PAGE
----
Peasgood researched the people buried here, all non-conformists not allowed Anglican burials at the time. Peasgood created five audio channels that relate to specific gravestones and play only when someone is standing nearby. Her composition draws on hymns, creating polyrhythmic harmonies, melodies that stand alone as independent voices or combine to form a beautiful complex whole once five or more people are present. It’s the presence of living people that bring this forgotten group back into the community, one hundred and fifty years later.

Sol Calero, Casa Anacaona, 2017

In a 2010 exhibition in Liverpool, Lubaina Himid placed thirty Victorian jelly moulds from her collection out as if they were architectural models. This paid tribute to the Black community, making a connection to slave trade and sugar plantations. For the Triennial, one has been scaled-up to life-size in Jelly Mould Pavilion and sits looking out to sea.

Lubaina Himid, Jelly Mould Pavilion, 2017

This small section of Folkestone’s historical customs house survived the town’s bombing a hundred years ago during WWI. Dever and The Decorators's Customs House: Urban Room is dedicated to remembering the history of the town as well as encouraging debate about its future. 

Dever and The Decorators, Customs House: Urban Room Folkestone, 2017

Folkestone’s Harbour Arm has several small food and drink stalls and an incredible view. Pick up artisanal Italian ice cream on the way to see one of Antony Gormley’s Another Time sculptures.

Another Time is a series of one hundred solid cast-iron figures placed all around the world ‘within the flow of lived time’ – in the sea or up high on buildings, all are placed apart from the shelter and protection of architecture. Three are on loan for the Folkestone Triennial, two in Folkestone and one in collaboration with Turner Contemporary in Margate.

 Antony Gormley, Another Time XVIII 2013 (Loading Bay), 2017 

Walk through a beautiful set of arches near Sunny Sands Beach to see the second sculpture. These artworks cannot be viewed for approximately one hour each side of high tide.

Antony Gormley, Another Time XXI 2013 (Coronation Parade), 2017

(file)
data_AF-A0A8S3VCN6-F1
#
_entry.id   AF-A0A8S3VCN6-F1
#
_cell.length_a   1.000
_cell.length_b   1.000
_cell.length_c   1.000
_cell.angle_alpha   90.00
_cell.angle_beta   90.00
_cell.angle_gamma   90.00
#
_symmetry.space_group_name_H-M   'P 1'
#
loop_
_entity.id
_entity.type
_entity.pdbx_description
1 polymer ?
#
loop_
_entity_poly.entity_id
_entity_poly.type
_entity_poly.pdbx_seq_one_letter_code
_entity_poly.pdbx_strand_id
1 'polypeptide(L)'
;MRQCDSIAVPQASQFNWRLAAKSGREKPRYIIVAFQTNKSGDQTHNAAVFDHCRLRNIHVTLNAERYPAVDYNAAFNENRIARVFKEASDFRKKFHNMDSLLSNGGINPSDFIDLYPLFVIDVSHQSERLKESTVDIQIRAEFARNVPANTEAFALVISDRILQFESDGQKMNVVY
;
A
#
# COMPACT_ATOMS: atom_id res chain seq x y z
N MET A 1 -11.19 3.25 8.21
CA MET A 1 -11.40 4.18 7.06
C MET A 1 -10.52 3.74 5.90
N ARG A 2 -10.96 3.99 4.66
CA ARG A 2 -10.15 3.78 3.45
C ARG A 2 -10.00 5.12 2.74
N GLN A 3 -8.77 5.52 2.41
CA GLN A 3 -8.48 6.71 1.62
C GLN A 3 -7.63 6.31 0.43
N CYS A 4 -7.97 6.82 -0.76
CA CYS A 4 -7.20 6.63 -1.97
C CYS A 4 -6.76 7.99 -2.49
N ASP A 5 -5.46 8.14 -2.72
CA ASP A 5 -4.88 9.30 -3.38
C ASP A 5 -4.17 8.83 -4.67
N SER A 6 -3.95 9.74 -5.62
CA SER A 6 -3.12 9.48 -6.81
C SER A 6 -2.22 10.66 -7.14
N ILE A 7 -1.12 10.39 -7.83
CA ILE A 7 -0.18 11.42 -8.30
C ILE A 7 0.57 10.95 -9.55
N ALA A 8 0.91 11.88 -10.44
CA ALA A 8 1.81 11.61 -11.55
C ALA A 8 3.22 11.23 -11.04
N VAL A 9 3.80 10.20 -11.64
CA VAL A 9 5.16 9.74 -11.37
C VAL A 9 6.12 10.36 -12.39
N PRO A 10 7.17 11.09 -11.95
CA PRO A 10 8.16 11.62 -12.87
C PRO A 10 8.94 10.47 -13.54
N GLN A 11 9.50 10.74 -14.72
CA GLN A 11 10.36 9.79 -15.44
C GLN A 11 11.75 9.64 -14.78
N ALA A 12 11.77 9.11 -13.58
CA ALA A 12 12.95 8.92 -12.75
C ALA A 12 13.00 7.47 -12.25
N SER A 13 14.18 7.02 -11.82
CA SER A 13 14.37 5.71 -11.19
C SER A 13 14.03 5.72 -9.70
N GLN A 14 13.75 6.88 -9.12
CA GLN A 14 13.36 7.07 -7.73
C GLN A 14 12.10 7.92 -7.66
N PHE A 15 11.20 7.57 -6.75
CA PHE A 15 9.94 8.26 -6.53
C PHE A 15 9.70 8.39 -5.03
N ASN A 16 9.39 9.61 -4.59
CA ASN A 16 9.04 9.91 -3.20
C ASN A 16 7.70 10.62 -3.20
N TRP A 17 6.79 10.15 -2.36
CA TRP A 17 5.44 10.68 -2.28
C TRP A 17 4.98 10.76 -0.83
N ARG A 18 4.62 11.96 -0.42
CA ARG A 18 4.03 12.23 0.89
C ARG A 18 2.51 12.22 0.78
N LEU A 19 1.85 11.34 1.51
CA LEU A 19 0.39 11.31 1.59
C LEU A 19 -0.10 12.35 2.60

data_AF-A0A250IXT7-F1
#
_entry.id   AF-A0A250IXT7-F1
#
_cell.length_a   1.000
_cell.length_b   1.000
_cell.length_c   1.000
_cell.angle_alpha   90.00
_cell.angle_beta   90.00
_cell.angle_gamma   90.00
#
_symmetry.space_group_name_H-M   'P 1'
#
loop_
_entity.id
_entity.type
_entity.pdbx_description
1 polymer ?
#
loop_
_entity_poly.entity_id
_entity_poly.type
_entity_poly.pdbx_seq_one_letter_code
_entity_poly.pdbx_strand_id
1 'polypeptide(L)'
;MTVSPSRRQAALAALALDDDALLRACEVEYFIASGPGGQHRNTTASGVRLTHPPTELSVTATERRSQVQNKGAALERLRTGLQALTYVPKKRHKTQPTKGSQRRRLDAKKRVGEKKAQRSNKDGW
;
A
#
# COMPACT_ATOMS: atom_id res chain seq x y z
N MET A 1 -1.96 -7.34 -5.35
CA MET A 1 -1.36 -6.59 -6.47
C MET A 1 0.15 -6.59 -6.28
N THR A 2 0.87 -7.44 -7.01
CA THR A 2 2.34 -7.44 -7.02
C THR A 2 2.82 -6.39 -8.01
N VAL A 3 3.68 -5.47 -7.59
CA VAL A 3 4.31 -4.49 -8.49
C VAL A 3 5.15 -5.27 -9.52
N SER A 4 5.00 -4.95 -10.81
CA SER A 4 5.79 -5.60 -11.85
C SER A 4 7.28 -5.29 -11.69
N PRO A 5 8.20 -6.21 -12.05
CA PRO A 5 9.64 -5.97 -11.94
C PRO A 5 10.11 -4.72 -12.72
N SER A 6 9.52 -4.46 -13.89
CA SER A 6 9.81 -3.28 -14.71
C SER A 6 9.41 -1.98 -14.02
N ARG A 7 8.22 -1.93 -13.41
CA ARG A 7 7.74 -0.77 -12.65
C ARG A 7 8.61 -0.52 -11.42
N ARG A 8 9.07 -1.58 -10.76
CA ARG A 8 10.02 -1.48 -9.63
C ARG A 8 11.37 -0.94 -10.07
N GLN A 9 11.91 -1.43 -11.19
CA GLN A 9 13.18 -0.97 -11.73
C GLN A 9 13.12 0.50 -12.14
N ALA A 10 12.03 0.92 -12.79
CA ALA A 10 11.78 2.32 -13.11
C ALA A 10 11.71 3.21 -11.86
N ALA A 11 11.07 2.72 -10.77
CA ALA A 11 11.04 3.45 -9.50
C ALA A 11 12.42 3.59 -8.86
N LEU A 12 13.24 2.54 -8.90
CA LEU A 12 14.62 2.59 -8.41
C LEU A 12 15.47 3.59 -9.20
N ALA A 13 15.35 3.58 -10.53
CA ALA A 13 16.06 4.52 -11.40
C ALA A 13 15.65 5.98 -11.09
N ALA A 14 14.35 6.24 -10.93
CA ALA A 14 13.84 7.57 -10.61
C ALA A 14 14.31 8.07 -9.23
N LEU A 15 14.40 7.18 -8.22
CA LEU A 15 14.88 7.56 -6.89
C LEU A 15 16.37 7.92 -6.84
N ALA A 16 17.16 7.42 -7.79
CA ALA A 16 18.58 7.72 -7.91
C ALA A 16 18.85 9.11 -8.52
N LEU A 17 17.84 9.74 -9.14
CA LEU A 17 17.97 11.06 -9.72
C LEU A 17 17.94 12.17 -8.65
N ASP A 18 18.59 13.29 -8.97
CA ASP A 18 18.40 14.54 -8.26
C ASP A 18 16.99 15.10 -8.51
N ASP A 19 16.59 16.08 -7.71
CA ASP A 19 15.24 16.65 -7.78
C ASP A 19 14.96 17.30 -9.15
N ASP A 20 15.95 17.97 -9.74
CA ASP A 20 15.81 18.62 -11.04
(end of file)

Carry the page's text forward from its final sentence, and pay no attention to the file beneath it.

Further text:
Rigo 23's Through the Glassworks Earth's Oldest Satellite Me and You, Some in the Fewture provides a reminder that earth’s closest neighbour may be beneath our feet as often as it’s above our heads.

Rigo23's Through the Glassworks Earth's Oldest Satellite Me and You, Some in the Fewture, 2017

Inspired by the writings and drawings of Alexander von Humboldt, Nomeda and Gediminas Urbonas created the Folke Stone Power Plant, a stone containing within it one organic battery made of mushrooms. This type of battery will be capable of lighting the nearby lamp-post. While still in development with a network of scientists, it’ll be twice as powerful as commercial lithium batteries.

Nomeda and Gediminas Urbonas, Folke Stone Power Plant, 2017

David Shrigley invited Camille Biddell, an artist from Edinburgh, to visit and memorise in just 40 seconds the decorative lamp-posts along The Leas. Biddell then created a replica from memory which now stands among the others in A Lamp Post (as remembered).

 David Shrigley, Lamp Post (as remembered), 2017

With art around every corner and integrated into everyday life, Folkestone Is An Art School free of walls and open to everyone. Beautifully advertised across town by Bob and Roberta Smith.

The fourth edition of The Folkestone Triennial, double-edge, is on from 2 September – 5 November 2017.

Bob and Roberta Smith, Folkestone is an Art School, 2017

The Folkestone Triennial
2 September - 5 November 2017, 10am-5pm daily

Annette Rotz
 is London-based art director, writer, artist and photographer. Follow Annette on Instagram / Tumblr or visit her website

Folkestone on the Map